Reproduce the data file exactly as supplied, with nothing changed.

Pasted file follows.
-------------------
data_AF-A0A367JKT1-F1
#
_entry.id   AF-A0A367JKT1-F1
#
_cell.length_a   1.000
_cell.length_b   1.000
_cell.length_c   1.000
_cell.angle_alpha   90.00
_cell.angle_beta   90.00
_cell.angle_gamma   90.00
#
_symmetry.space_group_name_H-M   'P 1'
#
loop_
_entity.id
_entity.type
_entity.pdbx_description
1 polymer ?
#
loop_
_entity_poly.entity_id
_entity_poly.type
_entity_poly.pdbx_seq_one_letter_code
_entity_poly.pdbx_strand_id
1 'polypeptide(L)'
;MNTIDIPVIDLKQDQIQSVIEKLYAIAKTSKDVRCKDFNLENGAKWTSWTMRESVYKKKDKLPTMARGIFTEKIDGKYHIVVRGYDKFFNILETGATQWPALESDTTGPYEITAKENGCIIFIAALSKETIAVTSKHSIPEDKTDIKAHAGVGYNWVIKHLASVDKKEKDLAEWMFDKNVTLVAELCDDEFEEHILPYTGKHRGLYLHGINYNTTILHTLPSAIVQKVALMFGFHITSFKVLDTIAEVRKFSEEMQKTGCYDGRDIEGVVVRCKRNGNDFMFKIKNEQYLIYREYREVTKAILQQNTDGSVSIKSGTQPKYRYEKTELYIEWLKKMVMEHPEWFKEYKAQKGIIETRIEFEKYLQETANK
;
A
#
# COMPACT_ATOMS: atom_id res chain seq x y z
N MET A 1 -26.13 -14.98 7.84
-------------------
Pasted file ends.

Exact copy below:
data_AF-A0A367JKT1-F1
#
_entry.id   AF-A0A367JKT1-F1
#
_cell.length_a   1.000
_cell.length_b   1.000
_cell.length_c   1.000
_cell.angle_alpha   90.00
_cell.angle_beta   90.00
_cell.angle_gamma   90.00
#
_symmetry.space_group_name_H-M   'P 1'
#
loop_
_entity.id
_entity.type
_entity.pdbx_description
1 polymer ?
#
loop_
_entity_poly.entity_id
_entity_poly.type
_entity_poly.pdbx_seq_one_letter_code
_entity_poly.pdbx_strand_id
1 'polypeptide(L)'
;MNTIDIPVIDLKQDQIQSVIEKLYAIAKTSKDVRCKDFNLENGAKWTSWTMRESVYKKKDKLPTMARGIFTEKIDGKYHIVVRGYDKFFNILETGATQWPALESDTTGPYEITAKENGCIIFIAALSKETIAVTSKHSIPEDKTDIKAHAGVGYNWVIKHLASVDKKEKDLAEWMFDKNVTLVAELCDDEFEEHILPYTGKHRGLYLHGINYNTTILHTLPSAIVQKVALMFGFHITSFKVLDTIAEVRKFSEEMQKTGCYDGRDIEGVVVRCKRNGNDFMFKIKNEQYLIYREYREVTKAILQQNTDGSVSIKSGTQPKYRYEKTELYIEWLKKMVMEHPEWFKEYKAQKGIIETRIEFEKYLQETANK
;
A
#
# COMPACT_ATOMS: atom_id res chain seq x y z
N MET A 1 -26.13 -14.98 7.84